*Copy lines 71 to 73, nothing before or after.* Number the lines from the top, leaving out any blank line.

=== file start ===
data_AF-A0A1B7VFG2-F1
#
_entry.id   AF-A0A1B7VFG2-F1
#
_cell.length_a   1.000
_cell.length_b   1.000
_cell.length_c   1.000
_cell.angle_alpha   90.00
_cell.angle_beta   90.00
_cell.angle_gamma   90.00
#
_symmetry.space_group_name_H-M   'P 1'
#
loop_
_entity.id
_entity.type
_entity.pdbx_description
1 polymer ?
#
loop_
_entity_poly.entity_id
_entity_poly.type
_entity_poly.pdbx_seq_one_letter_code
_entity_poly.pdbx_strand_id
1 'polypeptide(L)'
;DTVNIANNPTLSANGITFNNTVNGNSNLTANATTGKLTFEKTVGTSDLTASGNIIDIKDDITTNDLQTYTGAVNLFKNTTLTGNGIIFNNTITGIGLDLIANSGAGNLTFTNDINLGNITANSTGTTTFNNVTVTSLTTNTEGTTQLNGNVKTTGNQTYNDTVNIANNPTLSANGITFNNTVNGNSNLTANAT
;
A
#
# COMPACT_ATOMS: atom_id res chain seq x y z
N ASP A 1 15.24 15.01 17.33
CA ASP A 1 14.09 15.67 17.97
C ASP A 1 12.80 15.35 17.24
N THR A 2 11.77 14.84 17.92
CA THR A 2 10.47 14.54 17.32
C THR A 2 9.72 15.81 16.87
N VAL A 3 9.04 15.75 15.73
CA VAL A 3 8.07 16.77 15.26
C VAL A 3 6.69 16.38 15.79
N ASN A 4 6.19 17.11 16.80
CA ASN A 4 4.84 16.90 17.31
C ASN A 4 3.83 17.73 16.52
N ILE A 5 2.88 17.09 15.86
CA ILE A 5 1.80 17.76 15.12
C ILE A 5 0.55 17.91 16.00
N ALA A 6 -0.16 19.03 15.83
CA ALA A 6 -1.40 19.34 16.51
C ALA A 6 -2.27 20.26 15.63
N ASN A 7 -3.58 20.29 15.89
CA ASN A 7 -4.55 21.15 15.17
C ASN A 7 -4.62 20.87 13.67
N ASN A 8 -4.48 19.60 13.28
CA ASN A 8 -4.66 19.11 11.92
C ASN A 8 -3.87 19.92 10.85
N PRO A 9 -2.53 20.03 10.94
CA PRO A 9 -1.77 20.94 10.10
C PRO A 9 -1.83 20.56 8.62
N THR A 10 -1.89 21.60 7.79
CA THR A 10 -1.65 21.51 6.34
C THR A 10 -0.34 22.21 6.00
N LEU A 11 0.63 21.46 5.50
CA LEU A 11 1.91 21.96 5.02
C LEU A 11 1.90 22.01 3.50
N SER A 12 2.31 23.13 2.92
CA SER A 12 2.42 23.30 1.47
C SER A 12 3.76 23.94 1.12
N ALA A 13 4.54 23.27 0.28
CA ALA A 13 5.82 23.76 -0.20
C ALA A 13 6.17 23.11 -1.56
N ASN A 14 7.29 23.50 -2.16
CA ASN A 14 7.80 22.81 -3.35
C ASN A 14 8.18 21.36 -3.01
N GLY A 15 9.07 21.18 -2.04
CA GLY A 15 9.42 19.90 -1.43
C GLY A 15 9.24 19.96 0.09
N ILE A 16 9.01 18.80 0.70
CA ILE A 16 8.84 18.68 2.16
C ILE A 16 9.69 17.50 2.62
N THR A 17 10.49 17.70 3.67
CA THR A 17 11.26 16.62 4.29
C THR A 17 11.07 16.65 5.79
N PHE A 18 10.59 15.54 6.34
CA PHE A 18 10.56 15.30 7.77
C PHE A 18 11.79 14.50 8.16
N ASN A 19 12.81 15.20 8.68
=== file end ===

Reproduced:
CA ASN A 14 7.80 22.81 -3.35
C ASN A 14 8.18 21.36 -3.01
N GLY A 15 9.07 21.18 -2.04